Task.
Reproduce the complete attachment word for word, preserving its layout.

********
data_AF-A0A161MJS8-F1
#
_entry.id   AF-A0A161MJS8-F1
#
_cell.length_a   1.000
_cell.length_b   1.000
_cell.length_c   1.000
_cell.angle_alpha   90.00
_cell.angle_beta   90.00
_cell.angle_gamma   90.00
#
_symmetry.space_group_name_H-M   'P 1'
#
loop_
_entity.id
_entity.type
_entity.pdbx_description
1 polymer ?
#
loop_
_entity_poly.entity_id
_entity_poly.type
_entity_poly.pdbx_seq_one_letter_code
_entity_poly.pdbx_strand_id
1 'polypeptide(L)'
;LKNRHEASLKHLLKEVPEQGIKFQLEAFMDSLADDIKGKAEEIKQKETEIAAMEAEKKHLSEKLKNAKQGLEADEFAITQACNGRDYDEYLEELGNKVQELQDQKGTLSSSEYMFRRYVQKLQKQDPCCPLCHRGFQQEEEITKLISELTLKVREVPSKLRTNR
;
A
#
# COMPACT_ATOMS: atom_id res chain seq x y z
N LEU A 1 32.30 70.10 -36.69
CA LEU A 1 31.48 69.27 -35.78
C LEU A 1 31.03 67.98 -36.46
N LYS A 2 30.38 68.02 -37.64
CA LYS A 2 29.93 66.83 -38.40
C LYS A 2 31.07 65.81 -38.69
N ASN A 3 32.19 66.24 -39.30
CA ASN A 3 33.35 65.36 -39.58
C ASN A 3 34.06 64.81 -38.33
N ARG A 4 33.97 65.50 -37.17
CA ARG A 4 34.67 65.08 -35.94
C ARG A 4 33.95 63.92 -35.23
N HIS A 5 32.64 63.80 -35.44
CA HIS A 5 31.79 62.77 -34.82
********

data_AF-A0A161MJS8-F1
#
_entry.id   AF-A0A161MJS8-F1
#
_cell.length_a   1.000
_cell.length_b   1.000
_cell.length_c   1.000
_cell.angle_alpha   90.00
_cell.angle_beta   90.00
_cell.angle_gamma   90.00
#
_symmetry.space_group_name_H-M   'P 1'
#
loop_
_entity.id
_entity.type
_entity.pdbx_description
1 polymer ?
#
loop_
_entity_poly.entity_id
_entity_poly.type
_entity_poly.pdbx_seq_one_letter_code
_entity_poly.pdbx_strand_id
1 'polypeptide(L)'
;LKNRHEASLKHLLKEVPEQGIKFQLEAFMDSLADDIKGKAEEIKQKETEIAAMEAEKKHLSEKLKNAKQGLEADEFAITQACNGRDYDEYLEELGNKVQELQDQKGTLSSSEYMFRRYVQKLQKQDPCCPLCHRGFQQEEEITKLISELTLKVREVPSKLRTNR
;
A
#
# COMPACT_ATOMS: atom_id res chain seq x y z
N LEU A 1 32.30 70.10 -36.69
CA LEU A 1 31.48 69.27 -35.78
C LEU A 1 31.03 67.98 -36.46
N LYS A 2 30.38 68.02 -37.64
CA LYS A 2 29.93 66.83 -38.40
C LYS A 2 31.07 65.81 -38.69
N ASN A 3 32.19 66.24 -39.30
CA ASN A 3 33.35 65.36 -39.58
C ASN A 3 34.06 64.81 -38.33
N ARG A 4 33.97 65.50 -37.17
CA ARG A 4 34.67 65.08 -35.94
C ARG A 4 33.95 63.92 -35.23
N HIS A 5 32.64 63.80 -35.44
CA HIS A 5 31.79 62.77 -34.82